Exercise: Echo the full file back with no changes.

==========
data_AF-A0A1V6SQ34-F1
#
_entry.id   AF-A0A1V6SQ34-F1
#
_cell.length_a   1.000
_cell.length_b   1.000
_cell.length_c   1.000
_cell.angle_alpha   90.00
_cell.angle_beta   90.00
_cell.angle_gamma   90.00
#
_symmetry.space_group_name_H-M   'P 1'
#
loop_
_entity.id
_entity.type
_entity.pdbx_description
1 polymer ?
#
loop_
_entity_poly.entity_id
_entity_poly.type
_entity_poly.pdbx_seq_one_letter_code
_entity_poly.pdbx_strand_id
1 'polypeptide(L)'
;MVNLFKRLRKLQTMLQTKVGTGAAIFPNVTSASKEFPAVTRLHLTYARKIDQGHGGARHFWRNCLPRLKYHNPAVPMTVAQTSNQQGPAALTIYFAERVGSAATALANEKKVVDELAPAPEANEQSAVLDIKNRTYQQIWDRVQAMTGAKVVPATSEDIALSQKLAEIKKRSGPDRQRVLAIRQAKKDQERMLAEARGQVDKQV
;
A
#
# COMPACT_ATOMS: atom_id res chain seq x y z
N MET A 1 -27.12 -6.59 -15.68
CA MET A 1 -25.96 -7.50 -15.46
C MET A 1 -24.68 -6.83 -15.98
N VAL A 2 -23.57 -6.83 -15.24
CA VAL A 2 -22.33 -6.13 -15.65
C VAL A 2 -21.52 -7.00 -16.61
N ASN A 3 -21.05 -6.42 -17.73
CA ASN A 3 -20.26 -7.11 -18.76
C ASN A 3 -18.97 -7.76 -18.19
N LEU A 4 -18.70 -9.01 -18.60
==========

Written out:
data_AF-A0A1V6SQ34-F1
#
_entry.id   AF-A0A1V6SQ34-F1
#
_cell.length_a   1.000
_cell.length_b   1.000
_cell.length_c   1.000
_cell.angle_alpha   90.00
_cell.angle_beta   90.00
_cell.angle_gamma   90.00
#
_symmetry.space_group_name_H-M   'P 1'
#
loop_
_entity.id
_entity.type
_entity.pdbx_description
1 polymer ?
#
loop_
_entity_poly.entity_id
_entity_poly.type
_entity_poly.pdbx_seq_one_letter_code
_entity_poly.pdbx_strand_id
1 'polypeptide(L)'
;MVNLFKRLRKLQTMLQTKVGTGAAIFPNVTSASKEFPAVTRLHLTYARKIDQGHGGARHFWRNCLPRLKYHNPAVPMTVAQTSNQQGPAALTIYFAERVGSAATALANEKKVVDELAPAPEANEQSAVLDIKNRTYQQIWDRVQAMTGAKVVPATSEDIALSQKLAEIKKRSGPDRQRVLAIRQAKKDQERMLAEARGQVDKQV
;
A
#
# COMPACT_ATOMS: atom_id res chain seq x y z
N MET A 1 -27.12 -6.59 -15.68
CA MET A 1 -25.96 -7.50 -15.46
C MET A 1 -24.68 -6.83 -15.98
N VAL A 2 -23.57 -6.83 -15.24
CA VAL A 2 -22.33 -6.13 -15.65
C VAL A 2 -21.52 -7.00 -16.61
N ASN A 3 -21.05 -6.42 -17.73
CA ASN A 3 -20.26 -7.11 -18.76
C ASN A 3 -18.97 -7.76 -18.19
N LEU A 4 -18.70 -9.01 -18.60